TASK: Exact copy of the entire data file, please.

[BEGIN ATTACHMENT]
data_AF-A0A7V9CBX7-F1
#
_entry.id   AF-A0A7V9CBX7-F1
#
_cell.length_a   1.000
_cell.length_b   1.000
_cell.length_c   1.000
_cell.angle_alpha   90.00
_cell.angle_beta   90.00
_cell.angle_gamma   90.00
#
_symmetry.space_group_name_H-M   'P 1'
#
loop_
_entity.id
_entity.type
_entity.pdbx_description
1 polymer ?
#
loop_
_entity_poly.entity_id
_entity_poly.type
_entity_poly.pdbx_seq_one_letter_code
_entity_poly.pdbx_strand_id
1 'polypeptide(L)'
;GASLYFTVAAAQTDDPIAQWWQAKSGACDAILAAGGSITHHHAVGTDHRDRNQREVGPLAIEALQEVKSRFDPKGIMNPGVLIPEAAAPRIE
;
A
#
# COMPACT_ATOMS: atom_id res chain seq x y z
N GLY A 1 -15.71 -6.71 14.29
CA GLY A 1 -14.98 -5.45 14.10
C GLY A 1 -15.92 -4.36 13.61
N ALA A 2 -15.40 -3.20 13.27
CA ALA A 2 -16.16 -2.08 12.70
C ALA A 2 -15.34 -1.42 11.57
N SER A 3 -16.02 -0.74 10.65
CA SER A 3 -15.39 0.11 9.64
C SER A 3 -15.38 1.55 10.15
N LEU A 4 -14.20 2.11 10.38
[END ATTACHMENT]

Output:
data_AF-A0A7V9CBX7-F1
#
_entry.id   AF-A0A7V9CBX7-F1
#
_cell.length_a   1.000
_cell.length_b   1.000
_cell.length_c   1.000
_cell.angle_alpha   90.00
_cell.angle_beta   90.00
_cell.angle_gamma   90.00
#
_symmetry.space_group_name_H-M   'P 1'
#
loop_
_entity.id
_entity.type
_entity.pdbx_description
1 polymer ?
#
loop_
_entity_poly.entity_id
_entity_poly.type
_entity_poly.pdbx_seq_one_letter_code
_entity_poly.pdbx_strand_id
1 'polypeptide(L)'
;GASLYFTVAAAQTDDPIAQWWQAKSGACDAILAAGGSITHHHAVGTDHRDRNQREVGPLAIEALQEVKSRFDPKGIMNPGVLIPEAAAPRIE
;
A
#
# COMPACT_ATOMS: atom_id res chain seq x y z
N GLY A 1 -15.71 -6.71 14.29
CA GLY A 1 -14.98 -5.45 14.10
C GLY A 1 -15.92 -4.36 13.61
N ALA A 2 -15.40 -3.20 13.27
CA ALA A 2 -16.16 -2.08 12.70
C ALA A 2 -15.34 -1.42 11.57
N SER A 3 -16.02 -0.74 10.65
CA SER A 3 -15.39 0.11 9.64
C SER A 3 -15.38 1.55 10.15
N LEU A 4 -14.20 2.11 10.38